Light Pulses May Restore Muscle Activity

Sep 28, 2010
Outside Magazine

Photo courtesy of Flickr.

Pulses of light may one day give fully restored muscle activity to people with cerebral palsy or paralyzed limbs, New Scientist reports.

Researchers at Stanford University are using light-activated proteins from photosynthetic algae to control nerve cells, according to New Scientist. They are testing the technique on anesthetized mice and measuring muscle contractions while stimulating the sciatic nerve with light-emitting diodes.

Light pulses fire nerves in the natural order, researchers told New Scientist, resulting in normal muscle movements, unlike electrical stimulation, which activates fast-twitch muscles before slow-twitch ones and results in jerky movements. If the technique translates to humans, that would mean new muscle functionality for people with cerebral palsy and paralysis.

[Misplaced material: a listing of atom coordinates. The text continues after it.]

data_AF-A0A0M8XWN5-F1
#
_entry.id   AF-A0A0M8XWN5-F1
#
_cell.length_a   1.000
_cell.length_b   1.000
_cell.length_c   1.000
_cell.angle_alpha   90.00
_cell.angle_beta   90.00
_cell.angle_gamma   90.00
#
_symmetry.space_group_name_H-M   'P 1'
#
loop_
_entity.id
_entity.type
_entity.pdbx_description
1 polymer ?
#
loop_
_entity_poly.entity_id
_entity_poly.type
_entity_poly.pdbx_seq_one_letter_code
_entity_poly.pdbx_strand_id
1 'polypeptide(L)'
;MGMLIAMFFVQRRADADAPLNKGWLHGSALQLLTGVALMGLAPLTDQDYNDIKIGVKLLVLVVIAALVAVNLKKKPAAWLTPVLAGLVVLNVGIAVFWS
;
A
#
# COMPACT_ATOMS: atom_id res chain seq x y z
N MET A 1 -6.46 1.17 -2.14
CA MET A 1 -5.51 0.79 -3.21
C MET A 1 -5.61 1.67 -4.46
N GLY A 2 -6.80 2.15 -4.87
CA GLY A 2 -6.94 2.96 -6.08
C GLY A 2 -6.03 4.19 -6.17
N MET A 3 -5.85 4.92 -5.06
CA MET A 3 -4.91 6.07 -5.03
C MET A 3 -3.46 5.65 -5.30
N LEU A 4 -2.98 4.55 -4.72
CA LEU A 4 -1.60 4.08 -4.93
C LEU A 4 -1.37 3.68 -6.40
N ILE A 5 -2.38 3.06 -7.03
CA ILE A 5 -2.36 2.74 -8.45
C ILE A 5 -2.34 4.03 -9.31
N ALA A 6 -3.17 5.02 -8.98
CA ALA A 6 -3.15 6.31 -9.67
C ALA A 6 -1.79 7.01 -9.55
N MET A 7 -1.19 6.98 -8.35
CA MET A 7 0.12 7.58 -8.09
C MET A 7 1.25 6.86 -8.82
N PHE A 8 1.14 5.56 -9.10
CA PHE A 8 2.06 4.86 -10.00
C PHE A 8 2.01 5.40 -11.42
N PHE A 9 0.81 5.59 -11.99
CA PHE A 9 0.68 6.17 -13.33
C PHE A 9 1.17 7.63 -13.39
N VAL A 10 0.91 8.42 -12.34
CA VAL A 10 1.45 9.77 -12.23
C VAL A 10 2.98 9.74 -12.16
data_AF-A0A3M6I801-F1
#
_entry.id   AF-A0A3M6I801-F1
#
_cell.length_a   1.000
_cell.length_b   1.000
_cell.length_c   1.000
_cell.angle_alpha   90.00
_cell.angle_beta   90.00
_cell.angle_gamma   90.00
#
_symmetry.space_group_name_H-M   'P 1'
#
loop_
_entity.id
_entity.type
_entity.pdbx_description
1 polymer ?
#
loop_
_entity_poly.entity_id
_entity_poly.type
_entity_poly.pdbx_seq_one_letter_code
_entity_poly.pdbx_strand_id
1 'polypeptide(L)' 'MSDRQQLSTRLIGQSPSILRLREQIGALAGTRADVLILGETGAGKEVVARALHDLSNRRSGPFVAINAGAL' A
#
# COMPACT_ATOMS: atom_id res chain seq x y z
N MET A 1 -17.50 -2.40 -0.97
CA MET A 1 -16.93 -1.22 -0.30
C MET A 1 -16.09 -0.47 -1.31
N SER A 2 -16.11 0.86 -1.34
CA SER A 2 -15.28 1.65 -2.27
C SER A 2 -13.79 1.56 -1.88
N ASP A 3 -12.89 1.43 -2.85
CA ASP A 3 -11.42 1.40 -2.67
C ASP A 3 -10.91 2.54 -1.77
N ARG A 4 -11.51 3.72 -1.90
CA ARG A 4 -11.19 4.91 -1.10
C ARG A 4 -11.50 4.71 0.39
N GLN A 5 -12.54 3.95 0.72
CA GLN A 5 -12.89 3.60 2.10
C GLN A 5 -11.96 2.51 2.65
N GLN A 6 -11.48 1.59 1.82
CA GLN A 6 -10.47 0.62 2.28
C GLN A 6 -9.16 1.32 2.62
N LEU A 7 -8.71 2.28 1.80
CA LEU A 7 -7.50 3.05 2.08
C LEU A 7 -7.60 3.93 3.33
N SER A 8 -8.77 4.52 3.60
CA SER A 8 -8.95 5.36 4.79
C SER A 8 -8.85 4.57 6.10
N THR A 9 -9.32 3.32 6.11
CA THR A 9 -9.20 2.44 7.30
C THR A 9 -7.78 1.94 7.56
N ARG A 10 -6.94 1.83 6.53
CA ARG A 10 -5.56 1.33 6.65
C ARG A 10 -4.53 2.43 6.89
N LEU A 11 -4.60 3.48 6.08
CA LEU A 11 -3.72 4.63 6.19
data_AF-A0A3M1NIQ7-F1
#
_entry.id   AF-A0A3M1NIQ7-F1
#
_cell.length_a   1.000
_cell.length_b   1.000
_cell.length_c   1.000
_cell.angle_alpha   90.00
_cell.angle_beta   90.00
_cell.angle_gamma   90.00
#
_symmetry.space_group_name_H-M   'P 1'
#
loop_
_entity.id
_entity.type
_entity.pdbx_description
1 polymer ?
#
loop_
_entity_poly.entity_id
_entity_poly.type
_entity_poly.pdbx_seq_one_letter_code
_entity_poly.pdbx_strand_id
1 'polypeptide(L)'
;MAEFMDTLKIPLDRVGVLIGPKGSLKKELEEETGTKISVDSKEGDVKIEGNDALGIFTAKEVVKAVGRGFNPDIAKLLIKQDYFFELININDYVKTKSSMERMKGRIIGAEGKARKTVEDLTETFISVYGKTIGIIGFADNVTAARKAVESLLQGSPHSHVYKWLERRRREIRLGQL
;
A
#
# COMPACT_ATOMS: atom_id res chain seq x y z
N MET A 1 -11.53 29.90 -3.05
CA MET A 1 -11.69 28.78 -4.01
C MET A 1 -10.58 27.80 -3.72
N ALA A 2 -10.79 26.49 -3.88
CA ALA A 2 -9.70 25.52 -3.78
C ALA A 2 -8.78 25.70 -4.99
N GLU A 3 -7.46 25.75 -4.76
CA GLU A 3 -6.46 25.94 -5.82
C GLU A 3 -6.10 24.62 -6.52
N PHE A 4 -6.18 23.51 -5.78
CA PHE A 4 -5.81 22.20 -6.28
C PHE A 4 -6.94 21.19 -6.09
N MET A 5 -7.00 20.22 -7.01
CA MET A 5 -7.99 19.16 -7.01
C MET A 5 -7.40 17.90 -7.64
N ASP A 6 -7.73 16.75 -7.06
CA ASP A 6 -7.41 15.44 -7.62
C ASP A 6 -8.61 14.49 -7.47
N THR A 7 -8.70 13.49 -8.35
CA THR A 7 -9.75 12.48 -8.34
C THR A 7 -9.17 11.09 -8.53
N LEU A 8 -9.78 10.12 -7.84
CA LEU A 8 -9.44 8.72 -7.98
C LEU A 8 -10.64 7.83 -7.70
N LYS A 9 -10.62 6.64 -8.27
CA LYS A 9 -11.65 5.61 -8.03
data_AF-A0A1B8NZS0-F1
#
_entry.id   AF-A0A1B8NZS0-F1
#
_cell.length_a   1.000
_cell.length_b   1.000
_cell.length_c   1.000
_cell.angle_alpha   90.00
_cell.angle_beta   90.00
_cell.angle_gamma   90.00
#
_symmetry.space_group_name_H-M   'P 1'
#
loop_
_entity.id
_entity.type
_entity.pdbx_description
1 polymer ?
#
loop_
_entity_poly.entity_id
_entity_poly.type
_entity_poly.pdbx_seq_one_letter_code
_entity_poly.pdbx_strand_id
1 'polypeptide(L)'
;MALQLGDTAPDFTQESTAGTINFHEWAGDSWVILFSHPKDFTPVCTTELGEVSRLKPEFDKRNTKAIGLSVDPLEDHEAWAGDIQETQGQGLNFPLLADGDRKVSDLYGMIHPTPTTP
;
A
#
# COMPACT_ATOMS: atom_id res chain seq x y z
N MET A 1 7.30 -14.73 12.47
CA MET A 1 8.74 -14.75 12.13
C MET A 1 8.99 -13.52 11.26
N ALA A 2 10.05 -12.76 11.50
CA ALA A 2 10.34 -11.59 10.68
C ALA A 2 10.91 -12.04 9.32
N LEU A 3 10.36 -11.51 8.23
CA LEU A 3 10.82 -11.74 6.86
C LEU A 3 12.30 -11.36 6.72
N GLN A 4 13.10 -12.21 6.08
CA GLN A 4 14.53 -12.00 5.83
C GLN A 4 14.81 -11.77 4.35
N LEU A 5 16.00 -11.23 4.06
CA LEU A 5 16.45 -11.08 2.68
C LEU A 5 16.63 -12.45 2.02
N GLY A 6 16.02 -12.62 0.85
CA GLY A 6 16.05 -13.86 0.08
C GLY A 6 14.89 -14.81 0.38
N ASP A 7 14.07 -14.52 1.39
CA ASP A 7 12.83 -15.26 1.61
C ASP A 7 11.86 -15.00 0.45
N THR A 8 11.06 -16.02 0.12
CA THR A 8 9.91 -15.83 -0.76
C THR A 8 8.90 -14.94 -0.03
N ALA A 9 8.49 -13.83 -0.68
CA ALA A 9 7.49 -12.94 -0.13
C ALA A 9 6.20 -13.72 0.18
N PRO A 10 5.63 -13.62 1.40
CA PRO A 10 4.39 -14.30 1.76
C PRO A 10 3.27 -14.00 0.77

--Nick Davidson

Filed To: Science

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